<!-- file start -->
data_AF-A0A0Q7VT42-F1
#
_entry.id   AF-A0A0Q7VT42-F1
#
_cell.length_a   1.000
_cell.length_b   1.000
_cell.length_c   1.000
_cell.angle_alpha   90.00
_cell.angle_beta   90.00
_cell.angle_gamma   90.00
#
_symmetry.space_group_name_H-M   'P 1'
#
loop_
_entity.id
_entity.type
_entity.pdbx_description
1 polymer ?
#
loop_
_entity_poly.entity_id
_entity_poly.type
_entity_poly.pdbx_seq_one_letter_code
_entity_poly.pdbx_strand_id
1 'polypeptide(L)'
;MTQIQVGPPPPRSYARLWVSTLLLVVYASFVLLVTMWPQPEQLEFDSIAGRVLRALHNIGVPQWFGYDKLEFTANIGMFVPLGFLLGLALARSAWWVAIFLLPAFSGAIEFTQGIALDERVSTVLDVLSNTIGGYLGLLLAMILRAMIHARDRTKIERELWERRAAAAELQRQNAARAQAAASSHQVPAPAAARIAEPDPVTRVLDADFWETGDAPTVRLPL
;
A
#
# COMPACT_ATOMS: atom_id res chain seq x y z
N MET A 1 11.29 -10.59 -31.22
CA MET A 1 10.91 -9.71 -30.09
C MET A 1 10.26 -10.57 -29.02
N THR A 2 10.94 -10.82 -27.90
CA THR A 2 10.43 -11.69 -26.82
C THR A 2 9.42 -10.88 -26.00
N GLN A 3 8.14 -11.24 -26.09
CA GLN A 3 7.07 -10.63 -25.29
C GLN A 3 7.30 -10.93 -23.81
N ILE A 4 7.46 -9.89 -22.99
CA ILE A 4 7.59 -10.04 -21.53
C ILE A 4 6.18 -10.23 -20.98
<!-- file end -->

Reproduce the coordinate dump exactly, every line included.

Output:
data_AF-A0A0Q7VT42-F1
#
_entry.id   AF-A0A0Q7VT42-F1
#
_cell.length_a   1.000
_cell.length_b   1.000
_cell.length_c   1.000
_cell.angle_alpha   90.00
_cell.angle_beta   90.00
_cell.angle_gamma   90.00
#
_symmetry.space_group_name_H-M   'P 1'
#
loop_
_entity.id
_entity.type
_entity.pdbx_description
1 polymer ?
#
loop_
_entity_poly.entity_id
_entity_poly.type
_entity_poly.pdbx_seq_one_letter_code
_entity_poly.pdbx_strand_id
1 'polypeptide(L)'
;MTQIQVGPPPPRSYARLWVSTLLLVVYASFVLLVTMWPQPEQLEFDSIAGRVLRALHNIGVPQWFGYDKLEFTANIGMFVPLGFLLGLALARSAWWVAIFLLPAFSGAIEFTQGIALDERVSTVLDVLSNTIGGYLGLLLAMILRAMIHARDRTKIERELWERRAAAAELQRQNAARAQAAASSHQVPAPAAARIAEPDPVTRVLDADFWETGDAPTVRLPL
;
A
#
# COMPACT_ATOMS: atom_id res chain seq x y z
N MET A 1 11.29 -10.59 -31.22
CA MET A 1 10.91 -9.71 -30.09
C MET A 1 10.26 -10.57 -29.02
N THR A 2 10.94 -10.82 -27.90
CA THR A 2 10.43 -11.69 -26.82
C THR A 2 9.42 -10.88 -26.00
N GLN A 3 8.14 -11.24 -26.09
CA GLN A 3 7.07 -10.63 -25.29
C GLN A 3 7.30 -10.93 -23.81
N ILE A 4 7.46 -9.89 -22.99
CA ILE A 4 7.59 -10.04 -21.53
C ILE A 4 6.18 -10.23 -20.98